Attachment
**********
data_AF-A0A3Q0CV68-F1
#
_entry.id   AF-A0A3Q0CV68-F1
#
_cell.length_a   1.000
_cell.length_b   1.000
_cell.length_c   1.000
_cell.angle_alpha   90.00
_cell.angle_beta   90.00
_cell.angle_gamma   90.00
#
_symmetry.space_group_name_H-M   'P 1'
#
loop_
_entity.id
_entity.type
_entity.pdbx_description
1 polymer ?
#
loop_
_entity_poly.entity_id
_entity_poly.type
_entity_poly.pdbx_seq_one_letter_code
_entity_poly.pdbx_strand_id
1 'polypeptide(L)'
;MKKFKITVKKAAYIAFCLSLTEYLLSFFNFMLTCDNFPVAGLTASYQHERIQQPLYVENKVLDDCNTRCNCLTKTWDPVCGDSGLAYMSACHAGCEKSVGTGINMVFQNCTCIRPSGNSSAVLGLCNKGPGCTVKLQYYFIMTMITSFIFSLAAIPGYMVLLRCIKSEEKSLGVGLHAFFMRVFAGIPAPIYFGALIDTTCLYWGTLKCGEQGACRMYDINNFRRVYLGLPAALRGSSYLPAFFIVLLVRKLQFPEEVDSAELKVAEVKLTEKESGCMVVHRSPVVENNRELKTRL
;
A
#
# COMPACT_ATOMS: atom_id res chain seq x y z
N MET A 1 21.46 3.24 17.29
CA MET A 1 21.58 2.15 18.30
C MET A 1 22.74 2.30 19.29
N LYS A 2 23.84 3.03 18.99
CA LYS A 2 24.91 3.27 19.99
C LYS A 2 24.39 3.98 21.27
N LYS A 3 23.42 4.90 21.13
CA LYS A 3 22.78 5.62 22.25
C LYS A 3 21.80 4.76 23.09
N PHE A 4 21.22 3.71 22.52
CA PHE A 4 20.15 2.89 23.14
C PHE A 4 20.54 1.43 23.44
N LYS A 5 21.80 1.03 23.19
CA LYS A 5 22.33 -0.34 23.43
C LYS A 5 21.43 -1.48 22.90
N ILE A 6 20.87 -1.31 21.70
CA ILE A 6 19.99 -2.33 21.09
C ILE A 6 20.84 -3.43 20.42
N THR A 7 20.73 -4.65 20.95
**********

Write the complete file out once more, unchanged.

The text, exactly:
data_AF-A0A3Q0CV68-F1
#
_entry.id   AF-A0A3Q0CV68-F1
#
_cell.length_a   1.000
_cell.length_b   1.000
_cell.length_c   1.000
_cell.angle_alpha   90.00
_cell.angle_beta   90.00
_cell.angle_gamma   90.00
#
_symmetry.space_group_name_H-M   'P 1'
#
loop_
_entity.id
_entity.type
_entity.pdbx_description
1 polymer ?
#
loop_
_entity_poly.entity_id
_entity_poly.type
_entity_poly.pdbx_seq_one_letter_code
_entity_poly.pdbx_strand_id
1 'polypeptide(L)'
;MKKFKITVKKAAYIAFCLSLTEYLLSFFNFMLTCDNFPVAGLTASYQHERIQQPLYVENKVLDDCNTRCNCLTKTWDPVCGDSGLAYMSACHAGCEKSVGTGINMVFQNCTCIRPSGNSSAVLGLCNKGPGCTVKLQYYFIMTMITSFIFSLAAIPGYMVLLRCIKSEEKSLGVGLHAFFMRVFAGIPAPIYFGALIDTTCLYWGTLKCGEQGACRMYDINNFRRVYLGLPAALRGSSYLPAFFIVLLVRKLQFPEEVDSAELKVAEVKLTEKESGCMVVHRSPVVENNRELKTRL
;
A
#
# COMPACT_ATOMS: atom_id res chain seq x y z
N MET A 1 21.46 3.24 17.29
CA MET A 1 21.58 2.15 18.30
C MET A 1 22.74 2.30 19.29
N LYS A 2 23.84 3.03 18.99
CA LYS A 2 24.91 3.27 19.99
C LYS A 2 24.39 3.98 21.27
N LYS A 3 23.42 4.90 21.13
CA LYS A 3 22.78 5.62 22.25
C LYS A 3 21.80 4.76 23.09
N PHE A 4 21.22 3.71 22.52
CA PHE A 4 20.15 2.89 23.14
C PHE A 4 20.54 1.43 23.44
N LYS A 5 21.80 1.03 23.19
CA LYS A 5 22.33 -0.34 23.43
C LYS A 5 21.43 -1.48 22.90
N ILE A 6 20.87 -1.31 21.70
CA ILE A 6 19.99 -2.33 21.09
C ILE A 6 20.84 -3.43 20.42
N THR A 7 20.73 -4.65 20.95